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Deadly Oxnard crash prompts Metrolink to put locomotives at both ends of trains

Deadly Oxnard crash prompts Metrolink to put locomotives at both ends of trains
A Metrolink train derailed in February after colliding with a vehicle at a railroad crossing near Oxnard. (Don Kelsen / Los Angeles Times)

As a safety precaution stemming from February's Oxnard crash, the Metrolink board on Friday approved an agreement that will allow the commuter railroad to place locomotives at both ends of its trains.

Metrolink, which serves six Southern California counties, will spend $23.9 million to lease 40 engines for one year from the Burlington Northern Santa Fe Railway Co.

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The locomotives will take the place of Metrolink's new crash-resistant Hyundai Rotem cab cars -- passenger coaches that include an engineer's compartment. Metrolink has 57 of the units, which are designed to absorb impacts when accidents occur.

Cab cars are used at the front of trains when they are being pushed from behind by locomotives--a common practice among the nation's commuter railroads when trains reverse direction at the terminus of a line.

But investigators are now evaluating how well one cab car performed in the Feb. 24 Ventura County collision between a Metrolink train and a heavy-duty pickup truck and trailer at a crossing near Oxnard.

Officials say the lease will allow Metrolink to place heavier locomotives at both ends of trains until safety issues involving the cab cars are resolved. The units, however, will still be used to carry passengers.

"This is a preemptive measure taken out of an abundance of caution due to an unusual event," said Art Leahy, Metrolink's chief executive officer.

In the Oxnard crash, a train with a cab car in front derailed and several trailing coaches turned over on their sides, throwing passengers around their interiors. Twenty-eight people were injured, including the engineer, who later died.

Among other things, investigators are trying to determine if the cab car's steel deflector, or cow catcher, failed during the collision, allowing wreckage to get under the wheels.

The National Transportation Safety Board, which is looking into the accident, has yet to determine the probable cause of the crash. NTSB officials have declined to comment on the investigation.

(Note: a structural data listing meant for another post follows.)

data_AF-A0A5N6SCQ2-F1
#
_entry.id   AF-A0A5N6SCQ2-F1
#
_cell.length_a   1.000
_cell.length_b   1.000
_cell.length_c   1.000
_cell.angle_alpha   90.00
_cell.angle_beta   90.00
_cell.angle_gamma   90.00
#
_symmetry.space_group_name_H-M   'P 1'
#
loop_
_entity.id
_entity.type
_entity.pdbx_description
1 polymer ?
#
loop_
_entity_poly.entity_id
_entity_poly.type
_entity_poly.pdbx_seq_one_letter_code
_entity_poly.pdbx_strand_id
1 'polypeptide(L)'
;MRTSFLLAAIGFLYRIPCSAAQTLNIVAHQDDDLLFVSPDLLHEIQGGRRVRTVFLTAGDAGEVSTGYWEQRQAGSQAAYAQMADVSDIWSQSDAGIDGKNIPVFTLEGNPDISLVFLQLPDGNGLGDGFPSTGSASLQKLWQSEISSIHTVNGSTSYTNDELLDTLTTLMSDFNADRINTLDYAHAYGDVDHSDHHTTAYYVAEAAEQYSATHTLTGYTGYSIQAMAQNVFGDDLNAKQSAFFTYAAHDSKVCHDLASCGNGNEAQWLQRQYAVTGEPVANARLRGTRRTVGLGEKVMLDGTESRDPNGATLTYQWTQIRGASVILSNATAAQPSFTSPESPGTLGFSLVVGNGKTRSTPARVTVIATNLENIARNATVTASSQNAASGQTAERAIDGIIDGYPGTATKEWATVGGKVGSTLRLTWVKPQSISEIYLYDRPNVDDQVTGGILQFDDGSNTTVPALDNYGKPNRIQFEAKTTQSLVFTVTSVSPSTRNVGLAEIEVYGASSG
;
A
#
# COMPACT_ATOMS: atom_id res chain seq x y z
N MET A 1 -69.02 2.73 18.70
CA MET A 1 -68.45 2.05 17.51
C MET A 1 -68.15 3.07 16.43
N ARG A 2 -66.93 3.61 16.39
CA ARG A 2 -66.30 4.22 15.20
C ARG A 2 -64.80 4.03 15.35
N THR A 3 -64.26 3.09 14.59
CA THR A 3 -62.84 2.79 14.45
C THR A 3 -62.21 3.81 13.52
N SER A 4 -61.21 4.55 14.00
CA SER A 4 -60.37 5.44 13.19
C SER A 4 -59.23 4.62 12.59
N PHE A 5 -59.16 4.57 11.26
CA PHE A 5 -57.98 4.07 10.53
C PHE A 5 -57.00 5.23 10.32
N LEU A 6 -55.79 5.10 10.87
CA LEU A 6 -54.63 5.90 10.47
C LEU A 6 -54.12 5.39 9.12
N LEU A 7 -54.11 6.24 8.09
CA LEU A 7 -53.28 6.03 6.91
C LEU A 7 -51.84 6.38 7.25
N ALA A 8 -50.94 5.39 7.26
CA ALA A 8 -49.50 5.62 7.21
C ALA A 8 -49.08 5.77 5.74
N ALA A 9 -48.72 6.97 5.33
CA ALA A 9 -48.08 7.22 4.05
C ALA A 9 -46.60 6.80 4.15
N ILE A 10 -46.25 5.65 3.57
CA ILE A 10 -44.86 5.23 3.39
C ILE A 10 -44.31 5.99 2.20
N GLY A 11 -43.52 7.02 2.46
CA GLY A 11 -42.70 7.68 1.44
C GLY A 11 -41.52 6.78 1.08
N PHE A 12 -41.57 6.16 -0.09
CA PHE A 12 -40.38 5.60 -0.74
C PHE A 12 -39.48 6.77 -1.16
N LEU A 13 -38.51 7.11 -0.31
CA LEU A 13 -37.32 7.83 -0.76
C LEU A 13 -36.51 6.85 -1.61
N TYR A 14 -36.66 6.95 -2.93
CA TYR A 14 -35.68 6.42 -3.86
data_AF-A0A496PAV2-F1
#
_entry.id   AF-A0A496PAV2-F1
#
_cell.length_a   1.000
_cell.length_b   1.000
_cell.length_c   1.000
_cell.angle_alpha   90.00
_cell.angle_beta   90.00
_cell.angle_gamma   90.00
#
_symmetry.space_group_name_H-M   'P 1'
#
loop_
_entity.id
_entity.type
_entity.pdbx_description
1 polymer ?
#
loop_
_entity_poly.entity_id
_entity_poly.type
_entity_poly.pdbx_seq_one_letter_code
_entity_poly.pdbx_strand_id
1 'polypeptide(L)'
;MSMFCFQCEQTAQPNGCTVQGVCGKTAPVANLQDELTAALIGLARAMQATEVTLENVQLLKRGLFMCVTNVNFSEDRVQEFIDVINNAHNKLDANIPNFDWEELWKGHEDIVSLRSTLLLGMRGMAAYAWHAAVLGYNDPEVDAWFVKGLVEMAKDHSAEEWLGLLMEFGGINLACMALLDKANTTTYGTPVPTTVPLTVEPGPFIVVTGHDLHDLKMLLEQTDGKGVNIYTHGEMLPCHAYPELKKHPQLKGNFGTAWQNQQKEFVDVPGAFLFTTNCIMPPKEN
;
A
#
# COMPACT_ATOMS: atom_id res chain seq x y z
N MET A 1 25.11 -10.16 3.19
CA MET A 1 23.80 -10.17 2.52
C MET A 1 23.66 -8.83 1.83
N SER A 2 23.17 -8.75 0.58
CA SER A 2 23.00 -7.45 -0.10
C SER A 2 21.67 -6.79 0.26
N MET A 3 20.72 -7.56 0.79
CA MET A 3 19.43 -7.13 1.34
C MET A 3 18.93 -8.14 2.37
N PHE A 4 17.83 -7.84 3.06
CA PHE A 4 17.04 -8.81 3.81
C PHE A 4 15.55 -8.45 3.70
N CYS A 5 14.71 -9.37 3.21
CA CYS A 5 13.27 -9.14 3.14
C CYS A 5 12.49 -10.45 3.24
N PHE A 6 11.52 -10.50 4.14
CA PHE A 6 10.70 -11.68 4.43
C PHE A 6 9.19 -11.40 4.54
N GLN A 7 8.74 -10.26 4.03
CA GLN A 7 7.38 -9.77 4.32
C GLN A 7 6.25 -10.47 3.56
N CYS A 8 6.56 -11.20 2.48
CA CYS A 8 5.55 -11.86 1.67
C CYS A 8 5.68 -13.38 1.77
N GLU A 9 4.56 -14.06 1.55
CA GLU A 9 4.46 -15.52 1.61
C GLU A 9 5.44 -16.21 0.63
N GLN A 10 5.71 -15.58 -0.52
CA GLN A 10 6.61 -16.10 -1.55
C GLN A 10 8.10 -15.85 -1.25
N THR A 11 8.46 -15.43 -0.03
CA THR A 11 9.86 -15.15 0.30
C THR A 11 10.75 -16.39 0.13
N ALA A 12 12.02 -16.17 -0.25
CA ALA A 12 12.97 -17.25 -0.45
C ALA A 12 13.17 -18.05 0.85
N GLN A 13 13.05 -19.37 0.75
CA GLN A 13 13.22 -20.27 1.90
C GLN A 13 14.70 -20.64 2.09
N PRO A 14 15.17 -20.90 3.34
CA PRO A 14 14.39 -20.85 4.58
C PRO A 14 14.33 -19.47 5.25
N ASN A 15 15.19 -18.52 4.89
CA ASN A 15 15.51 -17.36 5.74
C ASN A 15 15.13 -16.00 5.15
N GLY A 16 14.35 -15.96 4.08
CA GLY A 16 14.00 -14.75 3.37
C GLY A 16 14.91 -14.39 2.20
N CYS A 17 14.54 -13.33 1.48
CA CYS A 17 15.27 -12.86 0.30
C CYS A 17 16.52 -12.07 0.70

Leahy said three other cab cars have been taken out of service "due to a potential safety issue."

The crash represented a setback in Metrolink's campaign to acquire advanced safety technology and rebuild public confidence after a 2008 head-on collision in Chatsworth that killed 28 people and injured 135.

The effort included a $263-million investment in a fleet of Hyundai Rotem coaches and cab cars, which have a variety of safety improvments such as stronger construction and energy-absorbing crush zones.

Following an internal report about the accident, rail officials announced in early September that they would limit the use of Rotem cab cars and seek to lease engines from Burlington Northern. Several weeks later, the board authorized renting the locomotives.

Without the lease, officials say, Metrolink service would have to be cut almost in half from 165 trains a day to 80 or 90.

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The plan's $23.9-million budget will be used to pay for the lease, fuel, maintenance, modifications and adapting the Burlington Northern engines to Metrolinks' positive train control emergency braking system.

So-called PTC, which relies on global positioning technology, digital communications and sophisticated computers, monitors trains and can automatically stop them to avoid accidents.

Follow  @LADeadline16 for transportation and aviation news.

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